#42 from R&D
Innovator Volume 2, Number 6
The Spark That Fuels Vision
Emery is an adjunct faculty member
in the Masters In Management Program at Aquinas College, Grand
Rapids, Michigan. Her
book, The Power of
Intuition (Prentice-Hall), will be published in autumn, 1993.
What makes a
company owner risk everything to go against both
"the numbers" and the recommendations of trusted advisors? Why does a
manager put a career on the line by pushing decisions that flout
the accepted wisdom? And
what is the true origin of "hare-brained" ideas that end
up making history in an organization?
consider hunches or gut
feelings to be true indications of what is right, even if the
facts say otherwise. In an interview, Richard DeVos, co-founder of Amway
Corporation, emphasized the inhibiting effect of operating
strictly by the numbers. In
his view, total reliance on facts limits the adventurous spirit
that's crucial to the process of innovation and discovery.
DeVos thinks that facts will tell you to do nothing, will
give you a litany of reasons why an idea will not work.
Companies advance, he says, when intuition is integrated
The hunch, the
gut feeling, the sudden insight, the flash out of the blue—all
these are evidence of intuition.
An intuitive Aha! often
impels a decision-maker into unprecedented action, new areas of
endeavor, or innovative solutions to longstanding problems.
Intuition allows for correct decisions, even before all the
facts are in.
at Work: Some Examples
Fred Keller, President of Cascade Engineering (a growing
plastic-design firm), to suddenly expand his American-based
company to Eastern European markets?
An intuitive flash captured his attention and told him to "go East,"
just before the fall of the Berlin Wall.
Without having any factual information about that impending
event, he listened to his hunch and initiated a highly successful
Mr. DeVos and Mr.
Keller were among the corporate executives I interviewed while
researching intuitive decision-making by leaders in business and
industry. My findings underscored those of previous researchers, who
found that executives indeed combine intuition with logic. Decision-making involves more than reliance on computer
printouts. Though no
one I interviewed disregarded facts and figures, each person
definitely used intuition to augment data.
This integrated practice follows Dr. Jonas Salk's succinct
observation: The intuitive mind tells the thinking mind where to
Voice of Discovery
Perhaps the most
vivid example of the influence of intuition as a “voice of
discovery” is the action of Frank Merlotti, the retired CEO of
Steelcase (a well-known manufacturer of office furniture).
Steelcase needed more room for employees, many of whom were
working in residential trailers attached to the main building.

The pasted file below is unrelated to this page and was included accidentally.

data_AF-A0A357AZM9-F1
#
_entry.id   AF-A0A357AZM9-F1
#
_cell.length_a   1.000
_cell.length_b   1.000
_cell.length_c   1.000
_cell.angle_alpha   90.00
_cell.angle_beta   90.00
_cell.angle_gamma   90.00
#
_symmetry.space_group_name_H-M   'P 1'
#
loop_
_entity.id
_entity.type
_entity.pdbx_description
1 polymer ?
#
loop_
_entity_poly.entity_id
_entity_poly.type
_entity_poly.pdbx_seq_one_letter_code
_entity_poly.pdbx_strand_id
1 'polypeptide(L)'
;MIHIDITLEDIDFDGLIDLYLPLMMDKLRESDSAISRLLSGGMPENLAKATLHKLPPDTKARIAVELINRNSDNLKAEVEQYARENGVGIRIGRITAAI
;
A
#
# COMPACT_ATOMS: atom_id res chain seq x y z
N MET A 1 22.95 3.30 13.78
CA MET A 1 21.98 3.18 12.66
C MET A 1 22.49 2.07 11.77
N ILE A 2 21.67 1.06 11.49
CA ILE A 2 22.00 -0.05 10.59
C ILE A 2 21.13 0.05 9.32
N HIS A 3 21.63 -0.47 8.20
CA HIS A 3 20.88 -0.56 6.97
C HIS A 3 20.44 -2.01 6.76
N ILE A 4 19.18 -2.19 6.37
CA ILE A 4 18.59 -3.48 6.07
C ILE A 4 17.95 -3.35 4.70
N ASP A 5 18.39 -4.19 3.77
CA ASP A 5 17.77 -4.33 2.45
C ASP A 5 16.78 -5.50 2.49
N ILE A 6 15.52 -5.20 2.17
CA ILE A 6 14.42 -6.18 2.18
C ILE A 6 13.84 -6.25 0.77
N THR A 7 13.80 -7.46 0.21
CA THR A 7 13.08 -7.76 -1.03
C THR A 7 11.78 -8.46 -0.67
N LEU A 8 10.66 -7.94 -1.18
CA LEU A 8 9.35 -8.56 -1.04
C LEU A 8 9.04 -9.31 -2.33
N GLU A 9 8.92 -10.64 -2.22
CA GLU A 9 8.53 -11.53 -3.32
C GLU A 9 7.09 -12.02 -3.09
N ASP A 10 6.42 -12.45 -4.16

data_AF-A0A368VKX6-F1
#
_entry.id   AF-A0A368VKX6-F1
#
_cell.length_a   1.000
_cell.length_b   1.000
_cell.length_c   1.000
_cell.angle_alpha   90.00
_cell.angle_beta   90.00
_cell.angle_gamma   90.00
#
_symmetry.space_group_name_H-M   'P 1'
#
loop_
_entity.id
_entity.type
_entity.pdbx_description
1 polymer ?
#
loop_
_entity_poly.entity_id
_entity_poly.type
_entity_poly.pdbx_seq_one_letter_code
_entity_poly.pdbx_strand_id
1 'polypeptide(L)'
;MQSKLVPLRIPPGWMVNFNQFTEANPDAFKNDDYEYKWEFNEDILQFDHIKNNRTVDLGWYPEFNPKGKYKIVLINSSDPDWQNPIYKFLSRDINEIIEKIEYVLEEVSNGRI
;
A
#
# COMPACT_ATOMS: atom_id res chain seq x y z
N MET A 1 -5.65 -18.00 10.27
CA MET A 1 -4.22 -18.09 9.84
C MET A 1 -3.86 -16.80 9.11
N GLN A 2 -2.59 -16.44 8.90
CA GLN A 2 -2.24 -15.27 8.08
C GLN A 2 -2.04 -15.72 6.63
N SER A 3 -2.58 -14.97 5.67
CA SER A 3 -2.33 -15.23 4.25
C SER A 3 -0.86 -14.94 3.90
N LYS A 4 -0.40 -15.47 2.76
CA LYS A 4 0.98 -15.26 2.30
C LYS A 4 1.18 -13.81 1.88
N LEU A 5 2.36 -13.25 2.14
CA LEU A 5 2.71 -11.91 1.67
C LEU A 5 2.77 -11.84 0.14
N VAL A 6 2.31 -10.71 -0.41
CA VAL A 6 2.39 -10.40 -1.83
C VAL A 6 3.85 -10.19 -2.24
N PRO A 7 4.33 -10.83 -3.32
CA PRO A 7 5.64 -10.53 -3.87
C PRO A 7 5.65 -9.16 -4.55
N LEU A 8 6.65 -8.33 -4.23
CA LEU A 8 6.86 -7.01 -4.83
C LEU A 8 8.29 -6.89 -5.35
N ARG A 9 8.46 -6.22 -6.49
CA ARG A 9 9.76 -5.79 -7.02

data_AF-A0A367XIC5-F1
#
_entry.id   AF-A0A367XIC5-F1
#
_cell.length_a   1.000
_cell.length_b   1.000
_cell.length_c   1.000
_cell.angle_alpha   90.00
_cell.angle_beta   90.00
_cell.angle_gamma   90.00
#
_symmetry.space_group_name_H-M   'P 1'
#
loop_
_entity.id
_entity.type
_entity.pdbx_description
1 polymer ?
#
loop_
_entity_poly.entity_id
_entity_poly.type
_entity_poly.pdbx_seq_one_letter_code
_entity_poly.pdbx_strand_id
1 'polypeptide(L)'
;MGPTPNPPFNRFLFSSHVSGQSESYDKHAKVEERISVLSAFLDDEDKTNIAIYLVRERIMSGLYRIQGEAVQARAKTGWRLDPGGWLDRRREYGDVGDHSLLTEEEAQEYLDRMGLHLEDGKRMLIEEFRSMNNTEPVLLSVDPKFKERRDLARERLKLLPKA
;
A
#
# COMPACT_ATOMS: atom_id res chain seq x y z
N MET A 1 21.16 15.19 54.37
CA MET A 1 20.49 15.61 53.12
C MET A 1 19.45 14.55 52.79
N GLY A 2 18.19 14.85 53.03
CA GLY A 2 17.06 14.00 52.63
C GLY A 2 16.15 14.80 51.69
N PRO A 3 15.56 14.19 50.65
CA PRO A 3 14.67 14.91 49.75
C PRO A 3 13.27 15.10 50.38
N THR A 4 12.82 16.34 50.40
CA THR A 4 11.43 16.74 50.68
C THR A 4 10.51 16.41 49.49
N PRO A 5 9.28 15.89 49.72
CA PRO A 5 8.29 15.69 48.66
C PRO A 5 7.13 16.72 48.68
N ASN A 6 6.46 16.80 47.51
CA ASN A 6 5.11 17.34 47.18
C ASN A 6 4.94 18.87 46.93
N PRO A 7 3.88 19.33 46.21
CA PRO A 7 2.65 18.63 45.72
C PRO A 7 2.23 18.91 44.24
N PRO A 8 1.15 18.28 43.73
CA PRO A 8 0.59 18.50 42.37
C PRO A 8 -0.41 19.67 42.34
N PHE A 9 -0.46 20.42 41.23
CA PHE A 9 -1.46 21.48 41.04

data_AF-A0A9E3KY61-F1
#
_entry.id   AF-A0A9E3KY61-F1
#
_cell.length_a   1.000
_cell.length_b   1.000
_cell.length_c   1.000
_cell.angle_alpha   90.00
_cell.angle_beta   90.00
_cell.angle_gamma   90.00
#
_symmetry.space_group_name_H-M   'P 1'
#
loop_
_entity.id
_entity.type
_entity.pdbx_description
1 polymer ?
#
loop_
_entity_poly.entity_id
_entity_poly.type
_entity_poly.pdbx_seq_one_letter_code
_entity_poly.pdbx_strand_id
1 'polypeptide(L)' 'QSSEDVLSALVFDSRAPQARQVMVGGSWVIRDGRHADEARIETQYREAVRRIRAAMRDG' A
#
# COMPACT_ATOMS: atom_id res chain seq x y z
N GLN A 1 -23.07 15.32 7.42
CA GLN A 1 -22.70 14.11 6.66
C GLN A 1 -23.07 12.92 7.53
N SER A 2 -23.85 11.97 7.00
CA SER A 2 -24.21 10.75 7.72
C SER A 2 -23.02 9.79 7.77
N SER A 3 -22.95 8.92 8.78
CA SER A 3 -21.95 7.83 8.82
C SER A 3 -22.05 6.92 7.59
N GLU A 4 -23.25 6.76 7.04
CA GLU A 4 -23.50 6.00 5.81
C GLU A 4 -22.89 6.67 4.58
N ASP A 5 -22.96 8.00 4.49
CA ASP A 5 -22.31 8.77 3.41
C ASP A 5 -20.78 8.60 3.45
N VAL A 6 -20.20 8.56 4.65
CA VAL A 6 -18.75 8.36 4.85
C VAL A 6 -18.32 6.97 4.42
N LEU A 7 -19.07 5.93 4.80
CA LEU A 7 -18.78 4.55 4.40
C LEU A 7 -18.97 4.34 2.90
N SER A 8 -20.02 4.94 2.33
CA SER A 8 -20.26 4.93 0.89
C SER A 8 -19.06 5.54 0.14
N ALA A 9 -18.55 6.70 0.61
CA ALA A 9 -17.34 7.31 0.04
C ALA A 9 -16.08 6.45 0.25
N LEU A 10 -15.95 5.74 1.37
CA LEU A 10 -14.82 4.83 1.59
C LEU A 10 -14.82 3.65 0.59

initial goal was to improve the physical structure of the
workplace, but the planning process unexpectedly led to a more
dynamic change. Architects
suggested a five- or six-story building, a couple of hundred
thousand square feet, for the engineering department. During the design process, a seemingly unrelated problem
surfaced: Why was
product development taking so long?
Merlotti’s hunch told him that the issues of building
design and product timelines might be related.
He consulted with two behavioral scientists, who suggested
that employees be assigned to product families, rather than to
segregated departments of marketing, design, manufacturing and
Now people from
all disciplines work in the same locale so that entire teams can
interact on new products. The
unique pyramid structure that resulted from Merlotti's hunch
spreads across several floors, and people are grouped by teams and
product lines. Based
on a powerful hunch, Merlotti took the risk of interrupting the
original building plans in order to seek the best possible working
insight changed a fairly clear decision to construct a building
into a full-scale organizational change.
The entire building process was reversed—instead of
constructing a building to "house workers," the
interaction among the creative staff dictated the building design.
Where does the
elusive Aha! come from
and how can it be harnessed?
The experience of my respondents strongly suggests that the
intuitive voice does not speak only to the privileged, talented
few. Many people rely
on this voice when making daily decisions with incomplete facts
and limited time. The
CEOs and managers I interviewed knew
what the intuitive voice sounded like.
For the rest of us, acknowledging this voice and honoring
its suggestions are the next step on the journey.